Serves 6 to 8
WHY THIS RECIPE WORKS With a rich center and an airy, not cakey, exterior, this soufflé has a pure, intense chocolate flavor. The essence of a great chocolate soufflé lies in the balancing act between the chocolate, egg whites, egg yolks, and butter. Soufflés are often made with a base of béchamel (a classic French sauce made with equal amounts of butter and flour and whisked with milk over heat). However, the milk can mute the flavor of the chocolate, so we rewrote the standard recipe, removing all the flour and milk, using significantly more chocolate, and reducing the amount of butter. Beating 6 egg yolks with sugar until thick and folding that into our chocolate-butter mixture created a base that gave the soufflé plenty of volume. Beating 8 egg whites to stiff peaks gave the soufflé more lift and a better texture; we vigorously incorporated a portion of the whites into the chocolate mixture to create “medium peaks” and then folded in the remaining whipped whites before transferring the batter to the prepared soufflé dish for baking. To prevent the soufflé from overflowing the dish, leave at least 1 inch of space between the top of the batter and the rim of the dish; any excess batter should be discarded.
4 tablespoons unsalted butter, cut into ½-inch pieces, plus 1 tablespoon, softened, for dish
⅓ cup (2⅓ ounces) sugar, plus 1 tablespoon for dish
8 ounces bittersweet or semisweet chocolate, chopped coarse
1 tablespoon orange-flavored liqueur, such as Grand Marnier
½ teaspoon vanilla extract
⅛ teaspoon table salt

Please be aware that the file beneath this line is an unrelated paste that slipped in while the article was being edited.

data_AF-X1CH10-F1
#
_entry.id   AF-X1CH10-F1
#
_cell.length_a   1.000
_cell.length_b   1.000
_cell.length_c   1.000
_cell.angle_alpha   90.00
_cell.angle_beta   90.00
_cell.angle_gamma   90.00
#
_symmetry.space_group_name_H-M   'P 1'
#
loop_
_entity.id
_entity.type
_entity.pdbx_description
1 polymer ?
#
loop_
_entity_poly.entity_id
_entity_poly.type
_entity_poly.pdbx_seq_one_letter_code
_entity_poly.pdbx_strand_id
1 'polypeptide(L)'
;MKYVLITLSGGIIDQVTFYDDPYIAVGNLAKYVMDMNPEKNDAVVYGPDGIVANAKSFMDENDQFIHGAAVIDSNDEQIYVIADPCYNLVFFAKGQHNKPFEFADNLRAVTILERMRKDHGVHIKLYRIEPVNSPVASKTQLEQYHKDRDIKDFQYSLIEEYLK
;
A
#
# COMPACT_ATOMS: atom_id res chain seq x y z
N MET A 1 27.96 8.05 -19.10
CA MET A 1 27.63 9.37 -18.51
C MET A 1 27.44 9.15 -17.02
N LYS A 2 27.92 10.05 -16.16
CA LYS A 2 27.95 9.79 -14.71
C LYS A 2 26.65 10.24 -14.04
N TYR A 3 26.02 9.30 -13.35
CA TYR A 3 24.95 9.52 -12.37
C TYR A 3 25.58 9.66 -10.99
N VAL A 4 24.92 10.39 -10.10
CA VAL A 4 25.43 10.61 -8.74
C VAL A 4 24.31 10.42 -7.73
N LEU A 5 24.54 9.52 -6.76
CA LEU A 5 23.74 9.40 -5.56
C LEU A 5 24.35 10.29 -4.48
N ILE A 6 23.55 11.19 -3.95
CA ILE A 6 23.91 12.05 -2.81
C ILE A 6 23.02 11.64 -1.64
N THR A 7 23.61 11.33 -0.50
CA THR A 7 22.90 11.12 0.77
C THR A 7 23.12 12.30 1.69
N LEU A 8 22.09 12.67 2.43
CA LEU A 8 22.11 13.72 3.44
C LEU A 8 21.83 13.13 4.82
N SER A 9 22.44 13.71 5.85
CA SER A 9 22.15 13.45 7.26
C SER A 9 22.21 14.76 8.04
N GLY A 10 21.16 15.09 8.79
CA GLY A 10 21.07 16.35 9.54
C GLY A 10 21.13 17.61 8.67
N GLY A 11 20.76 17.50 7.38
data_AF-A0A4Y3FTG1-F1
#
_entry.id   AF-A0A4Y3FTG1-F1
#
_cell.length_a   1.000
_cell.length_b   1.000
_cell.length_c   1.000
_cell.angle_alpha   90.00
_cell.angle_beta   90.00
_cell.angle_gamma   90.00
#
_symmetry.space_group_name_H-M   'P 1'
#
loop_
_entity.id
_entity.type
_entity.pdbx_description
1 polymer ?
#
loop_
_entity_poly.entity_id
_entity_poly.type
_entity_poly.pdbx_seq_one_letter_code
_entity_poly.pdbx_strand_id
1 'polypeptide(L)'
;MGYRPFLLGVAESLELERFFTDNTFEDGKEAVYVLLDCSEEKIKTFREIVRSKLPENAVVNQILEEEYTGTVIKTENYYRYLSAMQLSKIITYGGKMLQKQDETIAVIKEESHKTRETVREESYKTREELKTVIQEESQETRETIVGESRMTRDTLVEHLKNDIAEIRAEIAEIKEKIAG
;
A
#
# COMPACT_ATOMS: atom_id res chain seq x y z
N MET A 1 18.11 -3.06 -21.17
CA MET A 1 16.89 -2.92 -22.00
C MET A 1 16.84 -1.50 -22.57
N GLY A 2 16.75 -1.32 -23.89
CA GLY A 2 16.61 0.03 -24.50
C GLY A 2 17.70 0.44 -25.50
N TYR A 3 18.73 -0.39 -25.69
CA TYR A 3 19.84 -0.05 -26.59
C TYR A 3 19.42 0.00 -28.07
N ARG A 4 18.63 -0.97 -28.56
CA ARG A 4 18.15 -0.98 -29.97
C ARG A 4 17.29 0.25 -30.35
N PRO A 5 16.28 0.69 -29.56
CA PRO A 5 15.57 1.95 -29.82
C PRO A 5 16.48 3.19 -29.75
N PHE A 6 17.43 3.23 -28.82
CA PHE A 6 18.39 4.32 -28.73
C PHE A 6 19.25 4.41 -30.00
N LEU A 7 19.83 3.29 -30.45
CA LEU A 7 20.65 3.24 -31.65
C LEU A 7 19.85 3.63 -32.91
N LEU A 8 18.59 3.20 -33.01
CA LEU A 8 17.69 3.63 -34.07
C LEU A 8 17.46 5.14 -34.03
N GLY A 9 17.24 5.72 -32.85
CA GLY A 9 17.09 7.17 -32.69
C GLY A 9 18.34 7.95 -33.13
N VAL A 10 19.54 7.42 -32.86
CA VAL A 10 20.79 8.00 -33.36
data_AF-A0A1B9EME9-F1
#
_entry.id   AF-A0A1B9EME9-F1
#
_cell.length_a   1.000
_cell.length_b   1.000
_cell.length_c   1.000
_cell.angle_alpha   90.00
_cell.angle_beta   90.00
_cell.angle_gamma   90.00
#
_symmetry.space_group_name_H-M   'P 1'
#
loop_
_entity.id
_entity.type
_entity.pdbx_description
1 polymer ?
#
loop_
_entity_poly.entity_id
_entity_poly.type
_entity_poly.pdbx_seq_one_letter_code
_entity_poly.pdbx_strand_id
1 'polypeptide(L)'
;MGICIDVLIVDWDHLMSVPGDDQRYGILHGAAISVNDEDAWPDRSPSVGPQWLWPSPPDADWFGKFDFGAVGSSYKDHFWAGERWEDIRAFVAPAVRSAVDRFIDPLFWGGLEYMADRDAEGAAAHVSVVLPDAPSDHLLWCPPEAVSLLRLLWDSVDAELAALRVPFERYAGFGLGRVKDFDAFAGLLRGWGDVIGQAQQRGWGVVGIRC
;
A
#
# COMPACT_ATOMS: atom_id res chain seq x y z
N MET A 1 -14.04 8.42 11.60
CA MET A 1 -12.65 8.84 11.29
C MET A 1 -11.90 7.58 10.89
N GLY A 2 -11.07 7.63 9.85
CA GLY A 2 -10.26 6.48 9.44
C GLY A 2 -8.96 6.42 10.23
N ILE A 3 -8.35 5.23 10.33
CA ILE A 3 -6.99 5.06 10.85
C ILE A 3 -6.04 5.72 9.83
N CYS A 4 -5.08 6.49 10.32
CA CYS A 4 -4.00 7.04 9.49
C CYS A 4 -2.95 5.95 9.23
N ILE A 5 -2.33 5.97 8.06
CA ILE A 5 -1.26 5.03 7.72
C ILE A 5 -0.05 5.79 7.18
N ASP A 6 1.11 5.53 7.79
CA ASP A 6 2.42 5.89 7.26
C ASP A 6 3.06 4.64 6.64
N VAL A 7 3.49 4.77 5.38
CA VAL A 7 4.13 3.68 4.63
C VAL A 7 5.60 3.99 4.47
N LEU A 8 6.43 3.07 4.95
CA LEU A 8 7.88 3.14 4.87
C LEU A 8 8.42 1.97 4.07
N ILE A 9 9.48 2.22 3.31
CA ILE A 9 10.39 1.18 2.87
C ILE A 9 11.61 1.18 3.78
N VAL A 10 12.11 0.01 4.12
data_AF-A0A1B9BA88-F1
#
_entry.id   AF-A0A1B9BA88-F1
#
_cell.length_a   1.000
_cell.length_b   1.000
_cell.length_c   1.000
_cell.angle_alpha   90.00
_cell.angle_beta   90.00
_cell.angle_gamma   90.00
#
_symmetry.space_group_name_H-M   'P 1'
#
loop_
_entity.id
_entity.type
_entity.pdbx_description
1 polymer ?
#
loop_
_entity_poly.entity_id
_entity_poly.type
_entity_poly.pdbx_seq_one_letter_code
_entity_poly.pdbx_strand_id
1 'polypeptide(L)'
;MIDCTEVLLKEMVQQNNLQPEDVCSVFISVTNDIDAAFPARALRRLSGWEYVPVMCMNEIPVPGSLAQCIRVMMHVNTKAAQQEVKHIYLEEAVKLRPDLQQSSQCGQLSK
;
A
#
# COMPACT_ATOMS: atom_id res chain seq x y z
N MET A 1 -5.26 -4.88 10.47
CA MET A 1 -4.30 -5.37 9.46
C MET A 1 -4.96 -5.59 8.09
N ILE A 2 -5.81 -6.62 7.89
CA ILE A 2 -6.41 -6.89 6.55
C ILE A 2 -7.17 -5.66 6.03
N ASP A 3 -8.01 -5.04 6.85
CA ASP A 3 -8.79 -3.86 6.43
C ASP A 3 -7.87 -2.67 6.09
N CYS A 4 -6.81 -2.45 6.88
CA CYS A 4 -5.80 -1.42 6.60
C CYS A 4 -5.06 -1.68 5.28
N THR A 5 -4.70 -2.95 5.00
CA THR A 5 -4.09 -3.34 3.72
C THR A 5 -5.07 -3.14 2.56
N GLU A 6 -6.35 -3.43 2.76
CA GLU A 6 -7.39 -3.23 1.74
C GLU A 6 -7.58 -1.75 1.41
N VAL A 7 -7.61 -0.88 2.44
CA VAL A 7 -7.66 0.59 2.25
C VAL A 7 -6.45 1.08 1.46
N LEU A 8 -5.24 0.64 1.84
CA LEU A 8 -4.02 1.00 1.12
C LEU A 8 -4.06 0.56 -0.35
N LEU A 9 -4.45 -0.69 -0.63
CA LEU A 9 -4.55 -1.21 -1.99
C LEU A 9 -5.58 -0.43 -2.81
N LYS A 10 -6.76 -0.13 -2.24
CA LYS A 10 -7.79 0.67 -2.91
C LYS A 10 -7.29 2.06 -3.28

6 large eggs, separated, plus 2 large whites
¼ teaspoon cream of tartar
1 Adjust oven rack to lower-middle position and heat oven to 375 degrees. Grease 2-quart soufflé dish with softened butter, then coat dish evenly with 1 tablespoon sugar; refrigerate until ready to use.
2 Melt chocolate and remaining 4 tablespoons butter in medium heatproof bowl set over saucepan filled with 1 inch barely simmering water, making sure that water does not touch bottom of bowl and stirring mixture occasionally until smooth. Stir in liqueur, vanilla, and salt; set aside.
3 Using stand mixer fitted with paddle, beat egg yolks and remaining ⅓ cup sugar on medium speed until thick and pale yellow, about 3 minutes. Fold into chocolate mixture.
4 Using clean, dry mixer bowl and whisk attachment, whip egg whites and cream of tartar on medium-low speed until foamy, about 1 minute. Increase speed to medium-high and whip until stiff peaks form, 3 to 4 minutes.
5 Using silicone spatula, vigorously stir one-quarter of whipped whites into chocolate mixture. Gently fold in remaining whites until just incorporated. Transfer mixture to prepared dish and bake until fragrant, fully risen, and exterior is set but interior is still a bit loose and creamy but not soupy, about 25 minutes. (To check doneness, use 2 large spoons to gently pull open top and peek inside.) Serve immediately.
Add 1 tablespoon instant espresso powder dissolved in 1 tablespoon hot water with liqueur in step 2.